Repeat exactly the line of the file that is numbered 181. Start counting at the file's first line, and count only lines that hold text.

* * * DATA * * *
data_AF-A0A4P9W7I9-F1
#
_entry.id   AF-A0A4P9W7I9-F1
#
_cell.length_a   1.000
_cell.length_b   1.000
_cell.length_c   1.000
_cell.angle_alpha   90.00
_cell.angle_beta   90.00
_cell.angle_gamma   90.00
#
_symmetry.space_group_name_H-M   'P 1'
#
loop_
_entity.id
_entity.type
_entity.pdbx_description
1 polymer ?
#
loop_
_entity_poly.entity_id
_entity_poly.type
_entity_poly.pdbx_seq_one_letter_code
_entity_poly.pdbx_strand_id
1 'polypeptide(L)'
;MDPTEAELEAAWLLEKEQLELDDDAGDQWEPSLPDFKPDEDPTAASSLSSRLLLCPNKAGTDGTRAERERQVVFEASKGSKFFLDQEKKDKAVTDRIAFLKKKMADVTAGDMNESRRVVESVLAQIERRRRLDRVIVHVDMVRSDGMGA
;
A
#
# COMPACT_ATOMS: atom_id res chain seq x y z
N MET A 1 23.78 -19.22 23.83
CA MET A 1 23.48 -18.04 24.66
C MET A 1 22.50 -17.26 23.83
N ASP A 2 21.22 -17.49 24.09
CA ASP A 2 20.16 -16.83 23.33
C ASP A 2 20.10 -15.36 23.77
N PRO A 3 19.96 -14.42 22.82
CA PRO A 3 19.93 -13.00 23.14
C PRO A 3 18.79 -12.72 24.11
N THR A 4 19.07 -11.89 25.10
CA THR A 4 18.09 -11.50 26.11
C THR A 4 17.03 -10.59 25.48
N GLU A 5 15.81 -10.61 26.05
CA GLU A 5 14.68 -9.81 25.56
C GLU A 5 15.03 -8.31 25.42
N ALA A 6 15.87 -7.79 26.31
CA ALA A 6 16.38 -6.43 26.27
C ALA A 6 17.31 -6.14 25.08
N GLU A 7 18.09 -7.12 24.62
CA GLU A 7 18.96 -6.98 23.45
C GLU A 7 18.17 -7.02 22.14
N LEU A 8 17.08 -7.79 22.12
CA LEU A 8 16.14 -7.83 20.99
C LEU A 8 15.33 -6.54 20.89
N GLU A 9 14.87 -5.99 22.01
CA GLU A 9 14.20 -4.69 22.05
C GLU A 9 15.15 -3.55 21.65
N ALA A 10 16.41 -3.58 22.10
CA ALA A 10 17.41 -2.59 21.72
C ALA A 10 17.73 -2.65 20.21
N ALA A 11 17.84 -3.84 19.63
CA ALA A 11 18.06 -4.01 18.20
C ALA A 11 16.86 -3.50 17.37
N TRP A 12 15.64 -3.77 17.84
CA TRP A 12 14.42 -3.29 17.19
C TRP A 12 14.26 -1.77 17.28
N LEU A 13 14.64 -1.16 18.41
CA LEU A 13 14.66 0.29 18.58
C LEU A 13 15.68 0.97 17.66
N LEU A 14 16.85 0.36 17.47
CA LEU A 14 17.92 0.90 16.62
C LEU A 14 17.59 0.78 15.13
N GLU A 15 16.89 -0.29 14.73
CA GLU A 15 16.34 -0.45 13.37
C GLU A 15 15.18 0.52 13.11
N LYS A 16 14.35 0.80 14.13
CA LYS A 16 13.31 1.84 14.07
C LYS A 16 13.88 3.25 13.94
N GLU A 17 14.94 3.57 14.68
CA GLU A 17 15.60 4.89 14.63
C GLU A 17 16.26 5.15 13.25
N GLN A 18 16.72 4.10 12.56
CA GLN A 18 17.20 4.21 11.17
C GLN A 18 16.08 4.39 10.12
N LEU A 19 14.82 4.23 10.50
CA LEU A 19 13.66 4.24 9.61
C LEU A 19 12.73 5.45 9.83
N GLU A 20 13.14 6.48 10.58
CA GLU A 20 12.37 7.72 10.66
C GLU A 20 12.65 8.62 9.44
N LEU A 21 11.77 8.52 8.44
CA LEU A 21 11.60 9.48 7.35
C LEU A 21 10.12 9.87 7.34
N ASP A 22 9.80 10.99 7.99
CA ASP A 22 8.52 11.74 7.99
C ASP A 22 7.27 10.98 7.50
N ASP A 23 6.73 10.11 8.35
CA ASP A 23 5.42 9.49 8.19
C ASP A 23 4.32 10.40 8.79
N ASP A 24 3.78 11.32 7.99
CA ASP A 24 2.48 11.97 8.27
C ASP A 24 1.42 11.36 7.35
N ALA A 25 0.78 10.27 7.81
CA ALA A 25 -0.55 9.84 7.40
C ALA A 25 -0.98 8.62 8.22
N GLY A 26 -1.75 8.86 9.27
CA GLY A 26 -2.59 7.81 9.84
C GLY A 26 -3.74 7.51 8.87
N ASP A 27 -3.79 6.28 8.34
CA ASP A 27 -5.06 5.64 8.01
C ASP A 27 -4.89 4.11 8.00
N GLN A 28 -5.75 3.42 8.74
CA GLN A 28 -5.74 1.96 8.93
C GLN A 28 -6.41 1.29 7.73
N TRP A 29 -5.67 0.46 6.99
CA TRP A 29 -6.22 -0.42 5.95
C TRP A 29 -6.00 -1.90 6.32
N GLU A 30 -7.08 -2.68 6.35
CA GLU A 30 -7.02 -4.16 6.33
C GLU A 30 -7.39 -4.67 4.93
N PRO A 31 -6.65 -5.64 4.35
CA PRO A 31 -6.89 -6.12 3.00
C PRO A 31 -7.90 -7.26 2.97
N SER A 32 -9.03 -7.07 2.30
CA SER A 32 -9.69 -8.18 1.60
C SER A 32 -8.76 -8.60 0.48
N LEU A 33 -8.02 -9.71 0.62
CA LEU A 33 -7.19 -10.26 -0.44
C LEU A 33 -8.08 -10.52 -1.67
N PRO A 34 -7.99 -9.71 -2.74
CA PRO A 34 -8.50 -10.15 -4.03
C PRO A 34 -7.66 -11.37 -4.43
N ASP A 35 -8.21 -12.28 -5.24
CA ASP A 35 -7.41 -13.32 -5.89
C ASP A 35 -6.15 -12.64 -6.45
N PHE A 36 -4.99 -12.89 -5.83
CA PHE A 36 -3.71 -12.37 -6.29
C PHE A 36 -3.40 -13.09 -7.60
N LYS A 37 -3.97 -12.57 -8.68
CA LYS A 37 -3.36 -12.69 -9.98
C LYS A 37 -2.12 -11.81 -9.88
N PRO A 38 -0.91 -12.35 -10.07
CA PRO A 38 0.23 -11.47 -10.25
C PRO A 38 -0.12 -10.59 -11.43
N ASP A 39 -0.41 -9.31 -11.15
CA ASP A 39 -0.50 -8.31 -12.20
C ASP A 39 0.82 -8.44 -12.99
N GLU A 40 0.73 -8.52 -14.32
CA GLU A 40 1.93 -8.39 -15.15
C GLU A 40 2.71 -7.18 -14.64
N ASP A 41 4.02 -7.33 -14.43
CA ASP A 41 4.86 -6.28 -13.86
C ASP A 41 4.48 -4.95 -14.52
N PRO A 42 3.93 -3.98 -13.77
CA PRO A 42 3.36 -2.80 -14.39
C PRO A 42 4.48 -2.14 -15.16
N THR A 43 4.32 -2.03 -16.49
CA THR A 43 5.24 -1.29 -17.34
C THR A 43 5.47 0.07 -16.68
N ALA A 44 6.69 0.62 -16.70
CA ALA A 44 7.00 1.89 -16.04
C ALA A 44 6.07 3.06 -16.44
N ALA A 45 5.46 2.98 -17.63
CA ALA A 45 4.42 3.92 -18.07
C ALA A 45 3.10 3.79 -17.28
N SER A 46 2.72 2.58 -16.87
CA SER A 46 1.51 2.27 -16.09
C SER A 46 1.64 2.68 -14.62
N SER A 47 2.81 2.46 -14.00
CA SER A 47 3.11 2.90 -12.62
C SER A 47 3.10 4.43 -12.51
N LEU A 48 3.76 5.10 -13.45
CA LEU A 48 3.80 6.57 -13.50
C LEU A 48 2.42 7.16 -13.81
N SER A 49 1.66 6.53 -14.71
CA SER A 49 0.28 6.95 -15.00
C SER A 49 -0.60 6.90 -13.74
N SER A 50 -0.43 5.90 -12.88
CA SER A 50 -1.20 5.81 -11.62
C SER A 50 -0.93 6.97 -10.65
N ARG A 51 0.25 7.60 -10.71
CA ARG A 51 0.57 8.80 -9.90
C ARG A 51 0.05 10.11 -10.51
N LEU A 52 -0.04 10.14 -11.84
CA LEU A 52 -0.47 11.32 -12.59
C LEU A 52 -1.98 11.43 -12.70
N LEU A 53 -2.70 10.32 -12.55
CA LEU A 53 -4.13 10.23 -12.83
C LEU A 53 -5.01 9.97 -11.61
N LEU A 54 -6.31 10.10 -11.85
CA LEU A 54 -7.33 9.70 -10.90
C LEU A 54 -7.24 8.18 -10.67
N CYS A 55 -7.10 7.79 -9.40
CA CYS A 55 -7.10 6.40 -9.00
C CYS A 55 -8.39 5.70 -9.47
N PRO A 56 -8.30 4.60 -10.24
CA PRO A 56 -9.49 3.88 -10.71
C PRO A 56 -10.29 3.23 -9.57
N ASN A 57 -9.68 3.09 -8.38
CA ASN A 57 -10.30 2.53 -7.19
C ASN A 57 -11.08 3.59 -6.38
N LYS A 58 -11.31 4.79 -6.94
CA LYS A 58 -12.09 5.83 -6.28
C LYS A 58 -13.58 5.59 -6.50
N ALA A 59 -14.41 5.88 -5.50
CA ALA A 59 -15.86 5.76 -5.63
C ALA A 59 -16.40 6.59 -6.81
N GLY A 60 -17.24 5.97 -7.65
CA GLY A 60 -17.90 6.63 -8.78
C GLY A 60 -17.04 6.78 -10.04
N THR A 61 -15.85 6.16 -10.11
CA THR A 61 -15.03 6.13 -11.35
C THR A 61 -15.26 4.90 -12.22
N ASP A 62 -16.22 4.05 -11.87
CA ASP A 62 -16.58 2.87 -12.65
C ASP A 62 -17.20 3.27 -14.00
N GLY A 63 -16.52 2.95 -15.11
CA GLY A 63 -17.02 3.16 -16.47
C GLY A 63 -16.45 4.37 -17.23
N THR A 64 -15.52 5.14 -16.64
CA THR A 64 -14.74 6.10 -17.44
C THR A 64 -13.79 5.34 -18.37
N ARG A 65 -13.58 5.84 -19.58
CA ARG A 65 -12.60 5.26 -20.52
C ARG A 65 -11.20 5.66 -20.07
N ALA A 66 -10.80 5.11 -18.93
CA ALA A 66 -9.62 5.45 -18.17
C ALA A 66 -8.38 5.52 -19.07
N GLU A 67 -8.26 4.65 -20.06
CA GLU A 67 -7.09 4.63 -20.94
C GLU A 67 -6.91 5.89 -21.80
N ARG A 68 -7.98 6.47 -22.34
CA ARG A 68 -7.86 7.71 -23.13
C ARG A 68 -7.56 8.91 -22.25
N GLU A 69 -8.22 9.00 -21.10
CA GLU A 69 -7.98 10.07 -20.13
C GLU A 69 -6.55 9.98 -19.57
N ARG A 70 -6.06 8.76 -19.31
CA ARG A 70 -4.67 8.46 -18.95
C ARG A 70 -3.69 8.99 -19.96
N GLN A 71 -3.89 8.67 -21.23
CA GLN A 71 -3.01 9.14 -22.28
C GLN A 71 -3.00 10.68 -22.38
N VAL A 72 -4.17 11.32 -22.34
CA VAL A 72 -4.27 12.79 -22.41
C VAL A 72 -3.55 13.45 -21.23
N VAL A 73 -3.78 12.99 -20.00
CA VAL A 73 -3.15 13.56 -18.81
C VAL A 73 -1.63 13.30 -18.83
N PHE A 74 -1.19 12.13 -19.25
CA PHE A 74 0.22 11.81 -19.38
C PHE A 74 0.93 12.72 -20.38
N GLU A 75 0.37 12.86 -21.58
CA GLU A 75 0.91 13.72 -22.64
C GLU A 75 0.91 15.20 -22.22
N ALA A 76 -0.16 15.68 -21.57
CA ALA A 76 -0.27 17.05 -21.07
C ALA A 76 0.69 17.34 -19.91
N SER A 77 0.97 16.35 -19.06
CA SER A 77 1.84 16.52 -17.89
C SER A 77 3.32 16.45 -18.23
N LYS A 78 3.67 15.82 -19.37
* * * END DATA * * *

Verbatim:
N ARG A 51 0.25 7.60 -10.71